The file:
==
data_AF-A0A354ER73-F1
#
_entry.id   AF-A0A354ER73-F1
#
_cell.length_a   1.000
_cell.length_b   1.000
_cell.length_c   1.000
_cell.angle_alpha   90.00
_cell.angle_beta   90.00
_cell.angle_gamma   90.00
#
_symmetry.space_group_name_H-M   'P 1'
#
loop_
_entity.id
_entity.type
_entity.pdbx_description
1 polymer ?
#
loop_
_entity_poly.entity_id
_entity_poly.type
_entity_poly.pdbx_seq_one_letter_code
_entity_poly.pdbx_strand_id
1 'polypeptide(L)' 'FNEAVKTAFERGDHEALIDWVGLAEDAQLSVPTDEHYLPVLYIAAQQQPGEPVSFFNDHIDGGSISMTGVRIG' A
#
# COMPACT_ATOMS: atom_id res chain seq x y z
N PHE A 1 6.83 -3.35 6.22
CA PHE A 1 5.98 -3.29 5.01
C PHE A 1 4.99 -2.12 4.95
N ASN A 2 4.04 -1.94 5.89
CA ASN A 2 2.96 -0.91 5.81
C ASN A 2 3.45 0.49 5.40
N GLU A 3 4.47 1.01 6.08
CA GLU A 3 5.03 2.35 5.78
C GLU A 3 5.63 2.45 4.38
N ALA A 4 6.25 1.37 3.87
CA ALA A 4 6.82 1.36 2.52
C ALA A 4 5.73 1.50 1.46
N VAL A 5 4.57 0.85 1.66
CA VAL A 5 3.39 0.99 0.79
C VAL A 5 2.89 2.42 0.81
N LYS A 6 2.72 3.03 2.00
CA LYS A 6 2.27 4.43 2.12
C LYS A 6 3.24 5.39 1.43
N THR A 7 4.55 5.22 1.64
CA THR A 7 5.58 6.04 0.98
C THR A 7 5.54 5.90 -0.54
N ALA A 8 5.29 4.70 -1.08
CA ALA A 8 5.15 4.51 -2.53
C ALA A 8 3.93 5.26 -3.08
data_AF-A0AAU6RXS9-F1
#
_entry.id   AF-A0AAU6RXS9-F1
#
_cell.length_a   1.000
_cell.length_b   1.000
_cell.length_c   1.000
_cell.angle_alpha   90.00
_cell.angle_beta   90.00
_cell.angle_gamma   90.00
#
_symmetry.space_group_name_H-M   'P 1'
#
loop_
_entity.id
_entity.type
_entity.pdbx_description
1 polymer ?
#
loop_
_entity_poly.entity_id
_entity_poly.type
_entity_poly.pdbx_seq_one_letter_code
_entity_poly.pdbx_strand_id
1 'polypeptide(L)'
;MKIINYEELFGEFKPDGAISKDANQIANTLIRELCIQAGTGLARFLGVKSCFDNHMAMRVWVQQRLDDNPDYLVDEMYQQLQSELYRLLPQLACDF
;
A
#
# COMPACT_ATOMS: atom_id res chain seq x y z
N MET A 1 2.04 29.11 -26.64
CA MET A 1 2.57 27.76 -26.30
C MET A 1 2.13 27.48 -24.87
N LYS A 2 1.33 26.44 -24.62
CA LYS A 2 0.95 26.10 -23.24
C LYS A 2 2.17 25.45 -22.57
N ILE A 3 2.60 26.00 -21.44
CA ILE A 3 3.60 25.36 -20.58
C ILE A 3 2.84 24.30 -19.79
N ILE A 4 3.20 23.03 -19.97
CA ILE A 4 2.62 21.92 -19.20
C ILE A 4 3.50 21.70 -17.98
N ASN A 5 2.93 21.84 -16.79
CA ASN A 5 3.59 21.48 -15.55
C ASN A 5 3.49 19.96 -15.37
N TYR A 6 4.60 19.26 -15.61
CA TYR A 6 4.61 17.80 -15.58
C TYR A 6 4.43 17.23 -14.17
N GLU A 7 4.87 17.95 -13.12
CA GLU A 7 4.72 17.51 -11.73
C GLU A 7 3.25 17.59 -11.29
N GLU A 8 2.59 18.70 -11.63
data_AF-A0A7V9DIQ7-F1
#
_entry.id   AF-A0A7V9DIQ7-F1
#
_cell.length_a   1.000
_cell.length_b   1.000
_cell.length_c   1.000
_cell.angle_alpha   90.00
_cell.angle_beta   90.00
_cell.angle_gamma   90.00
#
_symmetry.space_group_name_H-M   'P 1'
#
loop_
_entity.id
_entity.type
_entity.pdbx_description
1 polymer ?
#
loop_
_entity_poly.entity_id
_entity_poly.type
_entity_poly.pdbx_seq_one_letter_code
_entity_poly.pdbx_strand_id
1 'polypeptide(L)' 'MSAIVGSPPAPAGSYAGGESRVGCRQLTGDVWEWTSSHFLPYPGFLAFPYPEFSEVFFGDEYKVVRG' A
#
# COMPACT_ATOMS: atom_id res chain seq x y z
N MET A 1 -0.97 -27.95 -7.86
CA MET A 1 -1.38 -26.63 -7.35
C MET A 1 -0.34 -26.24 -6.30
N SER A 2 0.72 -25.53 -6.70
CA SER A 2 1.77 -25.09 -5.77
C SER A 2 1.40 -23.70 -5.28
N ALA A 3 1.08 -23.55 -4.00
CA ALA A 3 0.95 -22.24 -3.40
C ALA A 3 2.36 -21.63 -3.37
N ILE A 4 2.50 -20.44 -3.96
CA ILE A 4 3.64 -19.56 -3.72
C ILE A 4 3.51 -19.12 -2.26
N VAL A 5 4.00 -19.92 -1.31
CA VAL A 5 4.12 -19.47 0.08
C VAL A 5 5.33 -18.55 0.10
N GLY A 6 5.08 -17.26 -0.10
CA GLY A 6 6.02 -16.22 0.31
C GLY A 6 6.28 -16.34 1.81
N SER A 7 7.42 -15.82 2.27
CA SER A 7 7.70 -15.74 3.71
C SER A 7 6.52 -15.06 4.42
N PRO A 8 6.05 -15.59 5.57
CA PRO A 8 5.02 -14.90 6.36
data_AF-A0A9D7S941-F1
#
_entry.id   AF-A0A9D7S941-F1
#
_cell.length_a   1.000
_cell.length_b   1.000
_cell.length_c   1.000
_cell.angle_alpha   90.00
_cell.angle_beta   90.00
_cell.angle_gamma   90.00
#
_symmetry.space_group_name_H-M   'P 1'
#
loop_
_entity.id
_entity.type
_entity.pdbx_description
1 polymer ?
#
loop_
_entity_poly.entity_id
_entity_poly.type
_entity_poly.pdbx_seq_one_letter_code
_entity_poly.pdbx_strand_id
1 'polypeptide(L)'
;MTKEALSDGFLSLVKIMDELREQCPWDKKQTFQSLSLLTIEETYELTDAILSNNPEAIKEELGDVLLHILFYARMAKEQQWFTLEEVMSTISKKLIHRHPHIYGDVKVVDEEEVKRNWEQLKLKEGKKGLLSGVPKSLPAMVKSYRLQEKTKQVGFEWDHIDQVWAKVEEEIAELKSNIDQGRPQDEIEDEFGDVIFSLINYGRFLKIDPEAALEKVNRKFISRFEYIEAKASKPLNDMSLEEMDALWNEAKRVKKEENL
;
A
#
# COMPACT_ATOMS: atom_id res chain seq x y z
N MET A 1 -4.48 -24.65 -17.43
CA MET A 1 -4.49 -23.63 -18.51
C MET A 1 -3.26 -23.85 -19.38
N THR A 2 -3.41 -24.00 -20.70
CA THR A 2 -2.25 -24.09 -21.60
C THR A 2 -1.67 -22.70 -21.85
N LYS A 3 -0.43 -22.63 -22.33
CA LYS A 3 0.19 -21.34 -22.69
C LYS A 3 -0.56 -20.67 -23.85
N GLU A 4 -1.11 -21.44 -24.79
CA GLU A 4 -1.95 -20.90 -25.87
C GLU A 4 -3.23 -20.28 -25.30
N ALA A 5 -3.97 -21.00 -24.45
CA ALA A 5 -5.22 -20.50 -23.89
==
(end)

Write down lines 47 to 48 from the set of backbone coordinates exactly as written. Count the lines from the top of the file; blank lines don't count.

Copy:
CA THR A 7 5.58 6.04 0.98
C THR A 7 5.54 5.90 -0.54